It was recently reported that Call of Duty continues to be a huge cash cow for Activision, generating $2.28 billion in the first quarter of 2021 alone on the heels of such releases like Black Ops: Cold War and WarZone. But it’s the business logic that follows that which may be a concern to some players.
Hey, money’s good. Big business is definitely pouring in with multiplayer games, as Epic Games’ Fortnite has proven with its $9 billion revenue thus far. (Keep in mind that’s from a single game.) That said, however, there is some concern with Activision’s recent comments surrounding that. Let’s take a closer look.
Too Much Business?
Bobby Kotick, CEO of Activision, recently spoke on an earnings call about the success of the first-person shooter franchise. “Call of Duty is the template we’re applying to our proven franchises, as well as our new potential franchises as we attempt to grow our audiences to a billion players.”
On the one hand, that means potential expansion for games in the Activision Blizzard fold, including Diablo II’s HD expansion, which is currently in the works at Vicarious Visions and slated for release sometime this year. With the right promotional push, it could be one of 2021’s biggest hits.
But then there’s also the flip side of that – expectation. Activision has made bold decisions in the past, but it’s developers that have paid the price as a result. For example, Neversoft Entertainment got folded into Infinity Ward after the company realized that Guitar Hero and Tony Hawk’s Pro Skater were no longer lightning in a bottle. Not to mention what happened to Bizarre Creations following the failures of both 007: Blood Stone and Blur, both highly entertaining games that failed to sell accordingly.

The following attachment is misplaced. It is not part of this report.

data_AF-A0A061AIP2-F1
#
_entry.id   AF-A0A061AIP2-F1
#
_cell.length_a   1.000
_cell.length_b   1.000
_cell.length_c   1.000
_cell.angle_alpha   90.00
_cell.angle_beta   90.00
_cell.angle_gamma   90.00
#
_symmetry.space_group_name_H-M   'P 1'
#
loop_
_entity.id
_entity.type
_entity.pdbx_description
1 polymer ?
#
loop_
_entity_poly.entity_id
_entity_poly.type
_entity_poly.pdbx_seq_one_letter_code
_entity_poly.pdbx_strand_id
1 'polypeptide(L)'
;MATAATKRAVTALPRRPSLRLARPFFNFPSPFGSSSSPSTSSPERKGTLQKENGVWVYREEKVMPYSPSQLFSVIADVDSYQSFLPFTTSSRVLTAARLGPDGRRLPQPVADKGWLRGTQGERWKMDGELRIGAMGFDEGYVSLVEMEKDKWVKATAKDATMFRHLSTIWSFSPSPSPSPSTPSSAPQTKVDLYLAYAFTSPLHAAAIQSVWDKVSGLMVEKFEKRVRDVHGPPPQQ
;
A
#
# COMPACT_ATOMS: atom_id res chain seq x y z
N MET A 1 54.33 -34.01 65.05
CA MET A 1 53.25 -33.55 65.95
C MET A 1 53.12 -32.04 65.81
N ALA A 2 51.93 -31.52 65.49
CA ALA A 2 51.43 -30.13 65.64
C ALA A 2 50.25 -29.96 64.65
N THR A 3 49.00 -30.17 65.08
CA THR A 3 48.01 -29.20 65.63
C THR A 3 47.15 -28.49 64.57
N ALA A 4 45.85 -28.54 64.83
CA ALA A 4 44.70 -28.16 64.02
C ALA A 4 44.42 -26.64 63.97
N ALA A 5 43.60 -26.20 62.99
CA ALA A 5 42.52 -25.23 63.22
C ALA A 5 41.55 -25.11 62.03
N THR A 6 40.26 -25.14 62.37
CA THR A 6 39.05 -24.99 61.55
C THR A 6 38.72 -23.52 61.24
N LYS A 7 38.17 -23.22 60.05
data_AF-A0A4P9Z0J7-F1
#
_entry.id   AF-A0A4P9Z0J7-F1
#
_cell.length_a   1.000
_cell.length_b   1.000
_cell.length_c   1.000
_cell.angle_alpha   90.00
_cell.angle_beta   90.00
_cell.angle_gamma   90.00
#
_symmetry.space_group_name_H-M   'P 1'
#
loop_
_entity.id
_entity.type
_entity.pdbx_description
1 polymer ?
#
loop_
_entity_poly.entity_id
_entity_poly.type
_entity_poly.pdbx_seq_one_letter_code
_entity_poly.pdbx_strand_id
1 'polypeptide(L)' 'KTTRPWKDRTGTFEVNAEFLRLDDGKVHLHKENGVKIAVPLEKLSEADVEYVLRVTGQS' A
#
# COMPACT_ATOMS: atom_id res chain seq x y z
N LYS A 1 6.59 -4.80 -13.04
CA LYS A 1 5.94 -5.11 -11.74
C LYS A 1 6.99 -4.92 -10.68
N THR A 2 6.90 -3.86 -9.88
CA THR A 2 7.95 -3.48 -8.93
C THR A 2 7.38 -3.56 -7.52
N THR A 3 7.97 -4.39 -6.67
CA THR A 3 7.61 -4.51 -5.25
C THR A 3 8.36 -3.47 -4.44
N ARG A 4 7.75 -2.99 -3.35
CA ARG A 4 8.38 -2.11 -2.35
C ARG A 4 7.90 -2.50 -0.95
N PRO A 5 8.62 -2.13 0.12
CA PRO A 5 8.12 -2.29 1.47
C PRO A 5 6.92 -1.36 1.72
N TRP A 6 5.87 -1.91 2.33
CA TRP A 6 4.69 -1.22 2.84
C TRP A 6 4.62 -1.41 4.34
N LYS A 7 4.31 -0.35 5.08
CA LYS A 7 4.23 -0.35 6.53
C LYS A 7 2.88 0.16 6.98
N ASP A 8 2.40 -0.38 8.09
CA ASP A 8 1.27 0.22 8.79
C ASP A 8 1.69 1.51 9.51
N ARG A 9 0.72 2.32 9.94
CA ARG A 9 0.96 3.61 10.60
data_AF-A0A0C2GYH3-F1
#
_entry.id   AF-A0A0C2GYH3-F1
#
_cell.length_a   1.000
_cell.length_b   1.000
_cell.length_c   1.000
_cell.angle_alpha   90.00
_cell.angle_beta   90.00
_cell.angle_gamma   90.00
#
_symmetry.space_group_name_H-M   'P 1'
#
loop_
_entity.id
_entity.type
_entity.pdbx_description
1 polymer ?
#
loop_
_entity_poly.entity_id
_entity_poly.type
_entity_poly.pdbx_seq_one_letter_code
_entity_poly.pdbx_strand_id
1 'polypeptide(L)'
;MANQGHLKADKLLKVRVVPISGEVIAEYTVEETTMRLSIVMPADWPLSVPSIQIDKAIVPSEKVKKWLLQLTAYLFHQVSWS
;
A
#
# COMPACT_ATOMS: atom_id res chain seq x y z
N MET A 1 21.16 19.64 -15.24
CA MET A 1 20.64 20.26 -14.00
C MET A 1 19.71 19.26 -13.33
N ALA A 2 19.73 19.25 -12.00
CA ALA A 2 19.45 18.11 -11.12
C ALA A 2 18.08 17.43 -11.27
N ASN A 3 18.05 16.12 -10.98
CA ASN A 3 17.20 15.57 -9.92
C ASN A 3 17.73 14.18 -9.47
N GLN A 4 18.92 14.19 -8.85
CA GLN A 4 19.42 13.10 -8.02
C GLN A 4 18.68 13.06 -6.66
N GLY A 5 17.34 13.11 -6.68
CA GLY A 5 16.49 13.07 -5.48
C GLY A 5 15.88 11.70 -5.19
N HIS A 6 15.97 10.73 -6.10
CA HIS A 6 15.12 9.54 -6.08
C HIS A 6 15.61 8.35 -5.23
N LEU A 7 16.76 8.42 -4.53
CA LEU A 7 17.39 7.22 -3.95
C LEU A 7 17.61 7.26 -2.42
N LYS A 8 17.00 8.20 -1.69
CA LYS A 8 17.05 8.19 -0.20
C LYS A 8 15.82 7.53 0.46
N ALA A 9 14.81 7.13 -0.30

Now expectations could be pushed even higher – and that may be a problem if certain games end up failing. Not that Call of Duty will lose its thunder, but imagine if the company introduced another Destiny-style project that failed to meet expectations and audience numbers.
Despite its innovations, heads would roll.
Activision Needs To Continue To Diversify
While it’s good that Activision wants to continue to stoke the AAA game fires as we know it, it doesn’t have to be everything focusing on the bigger franchises that matter.
The company has a number of hits to its credit over the past few months, including a brand new Crash Bandicoot game that surprisingly lives up to the hype of the originals, It’s About Time! Not to mention
Vicarious Visions’ impressive work on the Tony Hawk’s Pro Skater remasters, which will finally debut on Nintendo Switch, Xbox Series S/X and PlayStation 5 on June 25th.
But here’s the thing. With Kotick’s quote, these franchises could be pushed by the wayside in favor of bigger, more multiplayer-oriented fare. That means putting the resources into the wrong kind of pool, instead of where they originally intended to work.
Case in point – Toys For Bob. The studio behind Skylanders worked its magic on It’s About Time!, which led to superb results with the final product. And what’s happening now? A good portion of that team will now work on Call of Duty: WarZone – probably the last thing it wanted to do.
Activision needs to be careful here. Putting the right teams on the wrong projects – and ones that could be siphoning money after the popularity wears off – could result in those rumored layoffs and, worse yet, closures. If the company wants to make money, hey, fine, that’s every company’s dream. But it shouldn’t forget where it came from – the humble beginnings on the Atari 2600 when it built its library based on innovative ideas.
Granted, Call of Duty will always be Call of Duty, and Sledgehammer Games has a lot of effort going into this year’s edition. But Activision should also keep its fans happy in other areas, particularly with Pro Skater and other favorites. Not to mention that a return to Guitar Hero wouldn’t be the worst thing, considering how much older games and accessories are selling for nowadays. There’s strong demand there.
Think about it, Activision. Don’t just make it about the cash cow – take care of the whole farm.
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